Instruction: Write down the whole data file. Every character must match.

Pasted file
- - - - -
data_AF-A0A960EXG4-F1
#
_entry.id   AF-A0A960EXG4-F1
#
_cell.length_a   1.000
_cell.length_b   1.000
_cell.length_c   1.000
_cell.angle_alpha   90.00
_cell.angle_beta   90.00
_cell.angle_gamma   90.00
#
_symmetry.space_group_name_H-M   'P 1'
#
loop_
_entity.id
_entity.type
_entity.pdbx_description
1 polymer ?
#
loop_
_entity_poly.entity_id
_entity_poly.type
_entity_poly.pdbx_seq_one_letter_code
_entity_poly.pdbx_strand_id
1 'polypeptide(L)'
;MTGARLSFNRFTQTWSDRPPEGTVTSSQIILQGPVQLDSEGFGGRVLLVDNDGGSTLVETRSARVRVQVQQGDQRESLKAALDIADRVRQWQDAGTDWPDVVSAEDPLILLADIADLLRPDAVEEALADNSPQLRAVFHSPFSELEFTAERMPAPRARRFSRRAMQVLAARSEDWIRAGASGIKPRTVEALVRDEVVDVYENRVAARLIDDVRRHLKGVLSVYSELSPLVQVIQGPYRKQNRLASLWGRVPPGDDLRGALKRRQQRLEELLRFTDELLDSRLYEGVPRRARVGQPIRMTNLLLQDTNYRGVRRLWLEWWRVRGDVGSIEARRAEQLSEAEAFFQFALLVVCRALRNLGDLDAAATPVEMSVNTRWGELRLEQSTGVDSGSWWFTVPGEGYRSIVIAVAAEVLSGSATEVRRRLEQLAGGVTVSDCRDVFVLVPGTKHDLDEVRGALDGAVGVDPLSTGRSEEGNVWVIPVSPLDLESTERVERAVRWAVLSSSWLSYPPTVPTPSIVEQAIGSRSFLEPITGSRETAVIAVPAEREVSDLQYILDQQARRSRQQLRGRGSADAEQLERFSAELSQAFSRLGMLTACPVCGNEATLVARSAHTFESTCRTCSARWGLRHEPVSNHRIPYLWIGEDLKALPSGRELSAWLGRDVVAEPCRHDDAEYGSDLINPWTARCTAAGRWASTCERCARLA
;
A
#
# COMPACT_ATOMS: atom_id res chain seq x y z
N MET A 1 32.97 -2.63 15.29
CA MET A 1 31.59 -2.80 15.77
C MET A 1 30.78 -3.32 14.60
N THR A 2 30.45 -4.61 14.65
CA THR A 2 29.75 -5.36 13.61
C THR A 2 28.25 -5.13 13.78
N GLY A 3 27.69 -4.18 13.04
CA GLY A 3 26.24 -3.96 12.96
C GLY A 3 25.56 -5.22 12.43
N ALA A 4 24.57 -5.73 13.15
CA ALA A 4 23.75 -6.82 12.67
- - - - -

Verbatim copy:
data_AF-A0A960EXG4-F1
#
_entry.id   AF-A0A960EXG4-F1
#
_cell.length_a   1.000
_cell.length_b   1.000
_cell.length_c   1.000
_cell.angle_alpha   90.00
_cell.angle_beta   90.00
_cell.angle_gamma   90.00
#
_symmetry.space_group_name_H-M   'P 1'
#
loop_
_entity.id
_entity.type
_entity.pdbx_description
1 polymer ?
#
loop_
_entity_poly.entity_id
_entity_poly.type
_entity_poly.pdbx_seq_one_letter_code
_entity_poly.pdbx_strand_id
1 'polypeptide(L)'
;MTGARLSFNRFTQTWSDRPPEGTVTSSQIILQGPVQLDSEGFGGRVLLVDNDGGSTLVETRSARVRVQVQQGDQRESLKAALDIADRVRQWQDAGTDWPDVVSAEDPLILLADIADLLRPDAVEEALADNSPQLRAVFHSPFSELEFTAERMPAPRARRFSRRAMQVLAARSEDWIRAGASGIKPRTVEALVRDEVVDVYENRVAARLIDDVRRHLKGVLSVYSELSPLVQVIQGPYRKQNRLASLWGRVPPGDDLRGALKRRQQRLEELLRFTDELLDSRLYEGVPRRARVGQPIRMTNLLLQDTNYRGVRRLWLEWWRVRGDVGSIEARRAEQLSEAEAFFQFALLVVCRALRNLGDLDAAATPVEMSVNTRWGELRLEQSTGVDSGSWWFTVPGEGYRSIVIAVAAEVLSGSATEVRRRLEQLAGGVTVSDCRDVFVLVPGTKHDLDEVRGALDGAVGVDPLSTGRSEEGNVWVIPVSPLDLESTERVERAVRWAVLSSSWLSYPPTVPTPSIVEQAIGSRSFLEPITGSRETAVIAVPAEREVSDLQYILDQQARRSRQQLRGRGSADAEQLERFSAELSQAFSRLGMLTACPVCGNEATLVARSAHTFESTCRTCSARWGLRHEPVSNHRIPYLWIGEDLKALPSGRELSAWLGRDVVAEPCRHDDAEYGSDLINPWTARCTAAGRWASTCERCARLA
;
A
#
# COMPACT_ATOMS: atom_id res chain seq x y z
N MET A 1 32.97 -2.63 15.29
CA MET A 1 31.59 -2.80 15.77
C MET A 1 30.78 -3.32 14.60
N THR A 2 30.45 -4.61 14.65
CA THR A 2 29.75 -5.36 13.61
C THR A 2 28.25 -5.13 13.78
N GLY A 3 27.69 -4.18 13.04
CA GLY A 3 26.24 -3.96 12.96
C GLY A 3 25.56 -5.22 12.43
N ALA A 4 24.57 -5.73 13.15
CA ALA A 4 23.75 -6.82 12.67